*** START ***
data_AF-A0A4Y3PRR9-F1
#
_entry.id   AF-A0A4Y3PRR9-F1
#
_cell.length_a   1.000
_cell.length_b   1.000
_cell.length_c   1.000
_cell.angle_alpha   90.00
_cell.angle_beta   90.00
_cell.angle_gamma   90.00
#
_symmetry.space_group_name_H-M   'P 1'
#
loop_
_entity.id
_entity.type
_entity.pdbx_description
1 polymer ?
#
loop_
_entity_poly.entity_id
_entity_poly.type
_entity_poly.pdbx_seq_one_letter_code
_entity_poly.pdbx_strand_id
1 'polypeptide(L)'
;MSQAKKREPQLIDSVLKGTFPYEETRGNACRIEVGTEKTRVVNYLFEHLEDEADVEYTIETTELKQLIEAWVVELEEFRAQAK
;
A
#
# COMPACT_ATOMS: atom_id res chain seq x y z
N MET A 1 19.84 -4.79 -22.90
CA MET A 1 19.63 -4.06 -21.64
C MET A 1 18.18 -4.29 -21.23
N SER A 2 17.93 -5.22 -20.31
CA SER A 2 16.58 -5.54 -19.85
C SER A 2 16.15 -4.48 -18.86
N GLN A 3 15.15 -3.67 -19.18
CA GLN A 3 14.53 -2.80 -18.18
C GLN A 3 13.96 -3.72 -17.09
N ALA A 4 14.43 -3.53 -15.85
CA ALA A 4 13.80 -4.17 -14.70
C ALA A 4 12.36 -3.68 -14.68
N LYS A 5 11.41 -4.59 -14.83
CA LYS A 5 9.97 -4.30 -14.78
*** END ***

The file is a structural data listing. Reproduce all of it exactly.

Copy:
data_AF-A0A4Y3PRR9-F1
#
_entry.id   AF-A0A4Y3PRR9-F1
#
_cell.length_a   1.000
_cell.length_b   1.000
_cell.length_c   1.000
_cell.angle_alpha   90.00
_cell.angle_beta   90.00
_cell.angle_gamma   90.00
#
_symmetry.space_group_name_H-M   'P 1'
#
loop_
_entity.id
_entity.type
_entity.pdbx_description
1 polymer ?
#
loop_
_entity_poly.entity_id
_entity_poly.type
_entity_poly.pdbx_seq_one_letter_code
_entity_poly.pdbx_strand_id
1 'polypeptide(L)'
;MSQAKKREPQLIDSVLKGTFPYEETRGNACRIEVGTEKTRVVNYLFEHLEDEADVEYTIETTELKQLIEAWVVELEEFRAQAK
;
A
#
# COMPACT_ATOMS: atom_id res chain seq x y z
N MET A 1 19.84 -4.79 -22.90
CA MET A 1 19.63 -4.06 -21.64
C MET A 1 18.18 -4.29 -21.23
N SER A 2 17.93 -5.22 -20.31
CA SER A 2 16.58 -5.54 -19.85
C SER A 2 16.15 -4.48 -18.86
N GLN A 3 15.15 -3.67 -19.18
CA GLN A 3 14.53 -2.80 -18.18
C GLN A 3 13.96 -3.72 -17.09
N ALA A 4 14.43 -3.53 -15.85
CA ALA A 4 13.80 -4.17 -14.70
C ALA A 4 12.36 -3.68 -14.68
N LYS A 5 11.41 -4.59 -14.83
CA LYS A 5 9.97 -4.30 -14.78